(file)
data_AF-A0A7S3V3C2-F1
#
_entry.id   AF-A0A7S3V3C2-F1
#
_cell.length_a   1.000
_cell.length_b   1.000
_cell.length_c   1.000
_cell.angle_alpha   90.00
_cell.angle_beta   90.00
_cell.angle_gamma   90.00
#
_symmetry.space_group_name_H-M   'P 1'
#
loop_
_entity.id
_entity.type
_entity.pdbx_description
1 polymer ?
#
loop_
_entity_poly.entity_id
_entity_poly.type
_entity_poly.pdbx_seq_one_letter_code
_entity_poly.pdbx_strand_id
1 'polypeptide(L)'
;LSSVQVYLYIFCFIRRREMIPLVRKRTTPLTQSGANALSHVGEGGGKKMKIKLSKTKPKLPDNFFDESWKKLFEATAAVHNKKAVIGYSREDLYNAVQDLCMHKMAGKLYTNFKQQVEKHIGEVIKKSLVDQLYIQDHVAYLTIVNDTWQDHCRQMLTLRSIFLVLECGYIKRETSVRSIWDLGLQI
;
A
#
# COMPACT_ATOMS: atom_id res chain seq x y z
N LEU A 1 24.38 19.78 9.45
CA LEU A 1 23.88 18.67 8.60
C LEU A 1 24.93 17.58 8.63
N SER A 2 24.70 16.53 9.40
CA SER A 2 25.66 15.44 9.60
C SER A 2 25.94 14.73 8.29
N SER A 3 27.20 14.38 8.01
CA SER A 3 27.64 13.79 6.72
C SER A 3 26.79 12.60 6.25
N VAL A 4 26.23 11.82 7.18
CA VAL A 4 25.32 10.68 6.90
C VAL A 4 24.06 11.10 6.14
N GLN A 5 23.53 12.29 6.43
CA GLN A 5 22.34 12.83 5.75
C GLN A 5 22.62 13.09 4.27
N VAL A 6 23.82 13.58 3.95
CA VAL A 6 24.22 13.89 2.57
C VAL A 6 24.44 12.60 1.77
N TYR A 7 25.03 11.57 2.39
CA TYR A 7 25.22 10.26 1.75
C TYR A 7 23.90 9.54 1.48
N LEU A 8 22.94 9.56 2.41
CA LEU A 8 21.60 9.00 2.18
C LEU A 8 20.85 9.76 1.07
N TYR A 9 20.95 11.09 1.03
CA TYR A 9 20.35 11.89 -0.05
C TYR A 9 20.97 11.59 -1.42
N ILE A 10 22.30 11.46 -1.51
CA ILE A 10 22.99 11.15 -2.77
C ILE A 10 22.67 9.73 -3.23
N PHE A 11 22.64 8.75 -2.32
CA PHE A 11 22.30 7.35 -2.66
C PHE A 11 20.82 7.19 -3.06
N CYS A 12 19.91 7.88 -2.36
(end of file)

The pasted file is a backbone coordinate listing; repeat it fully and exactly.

data_AF-A0A7S3V3C2-F1
#
_entry.id   AF-A0A7S3V3C2-F1
#
_cell.length_a   1.000
_cell.length_b   1.000
_cell.length_c   1.000
_cell.angle_alpha   90.00
_cell.angle_beta   90.00
_cell.angle_gamma   90.00
#
_symmetry.space_group_name_H-M   'P 1'
#
loop_
_entity.id
_entity.type
_entity.pdbx_description
1 polymer ?
#
loop_
_entity_poly.entity_id
_entity_poly.type
_entity_poly.pdbx_seq_one_letter_code
_entity_poly.pdbx_strand_id
1 'polypeptide(L)'
;LSSVQVYLYIFCFIRRREMIPLVRKRTTPLTQSGANALSHVGEGGGKKMKIKLSKTKPKLPDNFFDESWKKLFEATAAVHNKKAVIGYSREDLYNAVQDLCMHKMAGKLYTNFKQQVEKHIGEVIKKSLVDQLYIQDHVAYLTIVNDTWQDHCRQMLTLRSIFLVLECGYIKRETSVRSIWDLGLQI
;
A
#
# COMPACT_ATOMS: atom_id res chain seq x y z
N LEU A 1 24.38 19.78 9.45
CA LEU A 1 23.88 18.67 8.60
C LEU A 1 24.93 17.58 8.63
N SER A 2 24.70 16.53 9.40
CA SER A 2 25.66 15.44 9.60
C SER A 2 25.94 14.73 8.29
N SER A 3 27.20 14.38 8.01
CA SER A 3 27.64 13.79 6.72
C SER A 3 26.79 12.60 6.25
N VAL A 4 26.23 11.82 7.18
CA VAL A 4 25.32 10.68 6.90
C VAL A 4 24.06 11.10 6.14
N GLN A 5 23.53 12.29 6.43
CA GLN A 5 22.34 12.83 5.75
C GLN A 5 22.62 13.09 4.27
N VAL A 6 23.82 13.58 3.95
CA VAL A 6 24.22 13.89 2.57
C VAL A 6 24.44 12.60 1.77
N TYR A 7 25.03 11.57 2.39
CA TYR A 7 25.22 10.26 1.75
C TYR A 7 23.90 9.54 1.48
N LEU A 8 22.94 9.56 2.41
CA LEU A 8 21.60 9.00 2.18
C LEU A 8 20.85 9.76 1.07
N TYR A 9 20.95 11.09 1.03
CA TYR A 9 20.35 11.89 -0.05
C TYR A 9 20.97 11.59 -1.42
N ILE A 10 22.30 11.46 -1.51
CA ILE A 10 22.99 11.15 -2.77
C ILE A 10 22.67 9.73 -3.23
N PHE A 11 22.64 8.75 -2.32
CA PHE A 11 22.30 7.35 -2.66
C PHE A 11 20.82 7.19 -3.06
N CYS A 12 19.91 7.88 -2.36